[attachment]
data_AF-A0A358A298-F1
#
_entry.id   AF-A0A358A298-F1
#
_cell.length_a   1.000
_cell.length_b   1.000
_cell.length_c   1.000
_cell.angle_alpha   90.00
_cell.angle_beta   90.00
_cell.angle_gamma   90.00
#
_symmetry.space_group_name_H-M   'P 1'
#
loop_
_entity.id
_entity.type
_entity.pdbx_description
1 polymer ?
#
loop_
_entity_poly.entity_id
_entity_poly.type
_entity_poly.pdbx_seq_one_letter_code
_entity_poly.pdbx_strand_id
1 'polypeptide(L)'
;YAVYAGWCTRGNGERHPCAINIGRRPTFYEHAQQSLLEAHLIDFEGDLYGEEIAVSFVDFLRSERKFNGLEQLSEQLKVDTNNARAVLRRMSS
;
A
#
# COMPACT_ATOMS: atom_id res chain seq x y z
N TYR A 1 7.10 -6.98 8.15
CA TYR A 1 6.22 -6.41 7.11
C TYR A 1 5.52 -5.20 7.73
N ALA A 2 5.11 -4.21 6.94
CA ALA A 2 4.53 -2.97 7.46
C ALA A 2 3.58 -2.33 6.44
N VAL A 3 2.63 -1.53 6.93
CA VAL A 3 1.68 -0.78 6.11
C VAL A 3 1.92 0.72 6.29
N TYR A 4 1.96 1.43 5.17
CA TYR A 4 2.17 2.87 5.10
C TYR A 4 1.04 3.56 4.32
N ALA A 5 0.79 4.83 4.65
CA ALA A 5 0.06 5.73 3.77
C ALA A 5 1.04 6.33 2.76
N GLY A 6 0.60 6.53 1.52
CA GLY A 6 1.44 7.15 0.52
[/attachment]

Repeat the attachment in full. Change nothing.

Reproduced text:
data_AF-A0A358A298-F1
#
_entry.id   AF-A0A358A298-F1
#
_cell.length_a   1.000
_cell.length_b   1.000
_cell.length_c   1.000
_cell.angle_alpha   90.00
_cell.angle_beta   90.00
_cell.angle_gamma   90.00
#
_symmetry.space_group_name_H-M   'P 1'
#
loop_
_entity.id
_entity.type
_entity.pdbx_description
1 polymer ?
#
loop_
_entity_poly.entity_id
_entity_poly.type
_entity_poly.pdbx_seq_one_letter_code
_entity_poly.pdbx_strand_id
1 'polypeptide(L)'
;YAVYAGWCTRGNGERHPCAINIGRRPTFYEHAQQSLLEAHLIDFEGDLYGEEIAVSFVDFLRSERKFNGLEQLSEQLKVDTNNARAVLRRMSS
;
A
#
# COMPACT_ATOMS: atom_id res chain seq x y z
N TYR A 1 7.10 -6.98 8.15
CA TYR A 1 6.22 -6.41 7.11
C TYR A 1 5.52 -5.20 7.73
N ALA A 2 5.11 -4.21 6.94
CA ALA A 2 4.53 -2.97 7.46
C ALA A 2 3.58 -2.33 6.44
N VAL A 3 2.63 -1.53 6.93
CA VAL A 3 1.68 -0.78 6.11
C VAL A 3 1.92 0.72 6.29
N TYR A 4 1.96 1.43 5.17
CA TYR A 4 2.17 2.87 5.10
C TYR A 4 1.04 3.56 4.32
N ALA A 5 0.79 4.83 4.65
CA ALA A 5 0.06 5.73 3.77
C ALA A 5 1.04 6.33 2.76
N GLY A 6 0.60 6.53 1.52
CA GLY A 6 1.44 7.15 0.52